Day 12 - DIG, Last Day
On our 20 minute early morning drive to work, it was clear enough to see the twin towers all the way in Amman, Jordan! (about 40 miles)
Scott warned us that there could be a few surprises on our last dig day... and he was right! Everyone worked on the 2nd square to wrap up our entire project today... hoping to find “the surprise”!
My job was "gleaning" the dig pile... others would quickly dig up the dirt, empty the goofas on one pile, and there I would sit and hand sift through it looking for tessera or other diagnostic pottery... Found about 1,000 of those little mosaic tiles! They dumped so much dirt that I almost got buried alive... or at least was up to my neck in 'Eretz Israel... another one of my goals… just didn't realize it would be so literalJ
But THE surprise was uncovered toward the end of our work day... a pretty little water channel adjacent to the right of the steps that led up to the monastery/church! Question: was it to enhance the beauty of the walkway or just for drainage?
Today I created a "still life" photo of all the tools we use on a dig... a large pick ax, a terreah (hoe), goofas (rubber buckets), big trowel, little trowel, patish (smaller, hand-held pick ax), knee pad, whisk broom, soft brush, gloves, Bible... each tool has a purpose, and we used them all... the whole dig experience shared so many parallels to studying the Bible... in this case, we must have different "tools" to dig out the Word of God... observation, interpretation, application.
Khaldoun, who owns the land where we dig, is back home from his business trip to Jordan (his company makes swim suits for Muslim women) came out to visit us on the dig site to see our progress [in hopes that we had located a water cistern for him to use :) ]. He also called Scott aside privately and related that while in Jordan, some random Christians told him he was going to hell if he didn't believe in Jesus. He was shocked and wanted to know why they would tell him such a thing. I didn't hear the rest of the conversation, but have learned that most times in Eastern culture one must build a trust relationship FIRST so one might be prepared to hear the gospel in a meaningful, heartfelt way.
One of Khaldoun's five sons brought over his purebred Arabian horse (I've never seen a shinier coat on an animal...magnificent!).
Packed up tools until next summer, said adieu to our workers. (Shoo-KRAN means thank you in Arabic... have learned to say THAT, a lot!) Scott is well pleased with our progress and Mike Luddeni said that these are some of the nicest architectural shots he's ever gotten at Maqatir (pronounced “mc COT ter”, American English or Maq a TERE, Hebrew)
As we got back to the parking lot down the hill and across the highway (since we rented our van from a Jewish company, we must park it on the Jewish side of the territory), we noticed a platoon of IDF soldiers near our vehicle... turns out the Israeli settlers were demonstrating around there in hopes of extending their already illegal settlement and the IDF soldiers and a UN watcher arrived to just make sure there wasn't any big-time trouble--seems like this small demonstration may be a regular Friday occurrence.
We celebrated at our favorite restaurant near the hotel, The Ambassador, which is next door to the Swiss Embassy (yummm, grilled salmon & steamed veggies).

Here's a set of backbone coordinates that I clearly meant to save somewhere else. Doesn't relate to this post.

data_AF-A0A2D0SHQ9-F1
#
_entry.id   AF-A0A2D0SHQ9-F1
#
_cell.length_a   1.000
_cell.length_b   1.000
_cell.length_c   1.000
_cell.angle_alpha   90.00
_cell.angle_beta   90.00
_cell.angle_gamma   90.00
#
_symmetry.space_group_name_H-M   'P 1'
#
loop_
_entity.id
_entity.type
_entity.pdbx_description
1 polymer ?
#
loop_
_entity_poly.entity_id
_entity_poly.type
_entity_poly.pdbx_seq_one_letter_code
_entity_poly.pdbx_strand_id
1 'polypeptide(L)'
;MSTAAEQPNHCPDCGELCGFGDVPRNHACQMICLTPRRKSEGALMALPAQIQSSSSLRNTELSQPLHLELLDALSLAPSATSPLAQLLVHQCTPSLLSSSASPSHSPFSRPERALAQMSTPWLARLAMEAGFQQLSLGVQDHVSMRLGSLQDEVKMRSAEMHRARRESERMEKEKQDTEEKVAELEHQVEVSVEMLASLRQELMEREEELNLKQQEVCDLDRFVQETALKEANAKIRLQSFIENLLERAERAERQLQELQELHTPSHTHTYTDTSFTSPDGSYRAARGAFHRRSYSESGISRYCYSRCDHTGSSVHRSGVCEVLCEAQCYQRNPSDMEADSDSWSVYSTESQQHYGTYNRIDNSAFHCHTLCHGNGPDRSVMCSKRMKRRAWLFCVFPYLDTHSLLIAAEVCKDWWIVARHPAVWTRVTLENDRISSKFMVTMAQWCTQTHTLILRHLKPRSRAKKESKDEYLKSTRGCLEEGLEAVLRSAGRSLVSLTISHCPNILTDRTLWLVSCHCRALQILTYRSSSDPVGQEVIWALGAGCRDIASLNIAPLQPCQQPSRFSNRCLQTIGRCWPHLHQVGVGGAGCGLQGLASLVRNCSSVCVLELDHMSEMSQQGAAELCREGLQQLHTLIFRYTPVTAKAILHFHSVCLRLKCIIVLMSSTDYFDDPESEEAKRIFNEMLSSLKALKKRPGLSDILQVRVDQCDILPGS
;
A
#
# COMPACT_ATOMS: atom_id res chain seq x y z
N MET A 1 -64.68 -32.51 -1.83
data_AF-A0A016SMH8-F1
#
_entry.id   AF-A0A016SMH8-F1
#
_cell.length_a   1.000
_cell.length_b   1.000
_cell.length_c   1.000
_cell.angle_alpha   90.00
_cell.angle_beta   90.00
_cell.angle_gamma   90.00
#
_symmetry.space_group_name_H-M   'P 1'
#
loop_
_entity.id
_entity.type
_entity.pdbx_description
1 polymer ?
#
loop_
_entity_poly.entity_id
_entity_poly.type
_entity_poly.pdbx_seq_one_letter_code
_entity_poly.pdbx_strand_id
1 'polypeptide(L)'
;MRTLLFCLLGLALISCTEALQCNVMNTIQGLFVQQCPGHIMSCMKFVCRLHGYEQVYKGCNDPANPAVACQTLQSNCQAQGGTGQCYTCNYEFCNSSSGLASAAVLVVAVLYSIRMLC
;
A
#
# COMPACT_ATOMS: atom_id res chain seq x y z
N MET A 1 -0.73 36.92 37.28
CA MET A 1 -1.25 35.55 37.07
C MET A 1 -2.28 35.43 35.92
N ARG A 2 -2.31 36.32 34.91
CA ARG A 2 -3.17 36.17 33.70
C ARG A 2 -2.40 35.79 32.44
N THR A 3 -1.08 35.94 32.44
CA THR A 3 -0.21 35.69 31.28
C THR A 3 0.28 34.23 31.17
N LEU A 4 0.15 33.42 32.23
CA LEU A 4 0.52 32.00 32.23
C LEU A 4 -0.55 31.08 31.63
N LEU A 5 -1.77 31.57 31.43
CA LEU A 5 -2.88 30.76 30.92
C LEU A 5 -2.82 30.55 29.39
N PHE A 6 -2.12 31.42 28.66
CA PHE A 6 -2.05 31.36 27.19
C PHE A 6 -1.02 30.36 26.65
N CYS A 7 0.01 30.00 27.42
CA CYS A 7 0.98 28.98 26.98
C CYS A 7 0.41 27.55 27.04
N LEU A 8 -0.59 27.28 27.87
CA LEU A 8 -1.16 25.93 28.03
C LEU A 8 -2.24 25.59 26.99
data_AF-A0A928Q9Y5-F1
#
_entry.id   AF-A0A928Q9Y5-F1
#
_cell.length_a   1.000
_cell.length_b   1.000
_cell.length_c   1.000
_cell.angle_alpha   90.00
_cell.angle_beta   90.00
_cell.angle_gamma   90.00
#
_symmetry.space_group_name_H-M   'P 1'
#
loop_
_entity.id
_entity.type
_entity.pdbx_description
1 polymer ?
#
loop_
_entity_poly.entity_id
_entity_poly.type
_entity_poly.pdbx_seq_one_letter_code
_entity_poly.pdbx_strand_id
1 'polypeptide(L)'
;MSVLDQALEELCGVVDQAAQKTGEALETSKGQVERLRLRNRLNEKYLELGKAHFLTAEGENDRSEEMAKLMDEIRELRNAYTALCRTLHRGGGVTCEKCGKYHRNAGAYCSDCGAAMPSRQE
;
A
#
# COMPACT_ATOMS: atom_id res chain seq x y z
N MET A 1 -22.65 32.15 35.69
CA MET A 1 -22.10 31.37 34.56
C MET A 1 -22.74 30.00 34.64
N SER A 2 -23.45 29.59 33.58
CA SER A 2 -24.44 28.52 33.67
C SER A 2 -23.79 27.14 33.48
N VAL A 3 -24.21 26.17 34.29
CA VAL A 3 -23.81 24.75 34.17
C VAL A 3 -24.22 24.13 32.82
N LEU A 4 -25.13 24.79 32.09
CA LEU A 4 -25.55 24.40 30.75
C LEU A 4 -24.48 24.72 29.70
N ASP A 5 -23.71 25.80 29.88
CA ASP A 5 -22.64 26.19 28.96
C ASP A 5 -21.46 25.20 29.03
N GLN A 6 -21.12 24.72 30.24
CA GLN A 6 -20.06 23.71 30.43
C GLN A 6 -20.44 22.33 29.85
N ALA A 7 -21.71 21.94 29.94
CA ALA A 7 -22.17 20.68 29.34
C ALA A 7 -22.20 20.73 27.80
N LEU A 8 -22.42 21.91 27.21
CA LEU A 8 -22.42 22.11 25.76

Stayed up late tonight (7:30 pm). And it could take more than just a day for this old body to spring back to any semblance of life. But I’m glad we finished our job well…. and now my maiden digging voyage is in the history books....smile, zzzzzz.
Day 13 - TOUR
Another beautiful day in the Promised Land…Tika & I just need to wash clothes for the team and then we can go explore... but oops, it's Saturday/Shabbat and the only laundromat in town is CLOSED!
But by noon we've all finished our jobs (except for me) and drive down the hill to the Old City. Our first stop is near Jaffa Gate. The wall is composed of several historic layers... the well-hewn Herodian stones near the bottom are the nicest, of course. Outside the wall, Scott shows us the exact spot where Jesus stood trial before Pilate. Together, we read the biblical account in John 19 and imagine ourselves as spectators in the crowd.
From there we go on a short distance to the Upper Room, where Jesus partook of His Last Supper and where the 120 gathered on Pentecost and received the gift of the Holy Spirit... today there were about 120 tourists assembled in this room, (hmmmm, looking for flames of fire upon the heads, just in case). The floor pavement is original from time of Yeshua, but the vaulted ceiling was added later by the Crusaders.
On the way to lunch, we veer off the TRUE Via Dolorosa, into an unkempt, weed-filled hill & parking lot... we are, says Scott, standing in the REAL Praetorian guard (barracks for Roman soldiers) directly behind the wall where Jesus was tried by Pilate. Mike casually reaches down thru the weeds and tosses a well-crafted piece of white marble to Scott... it's an opus sectile (triangular flooring) from time of Christ... just sitting on top of the weeds! Scott has been contacted by the IAA (Israeli Antiquities Authority) to possibly excavate this area in summer of 2014... hopefully.
Over hummus lunch, Scott tells us a couple of interesting stories... one is of a young Arab man, whom he met in his classroom in TX. During the Second Intifada (2000), he was innocently walking thru the marketplace when he and others were suddenly arrested and thrown into a Jerusalem jail. While there, Jesus APPEARED to him and he immediately followed Him. Three days later, he was released and met some Christians from TX who encouraged him to escape Jerusalem, since his life would be in danger now as a new believer in Jesus... and enroll in Bible college in TX, where Scott met him. This young man is now living back here in Jerusalem as head of a ministry leading many Muslims to Christ!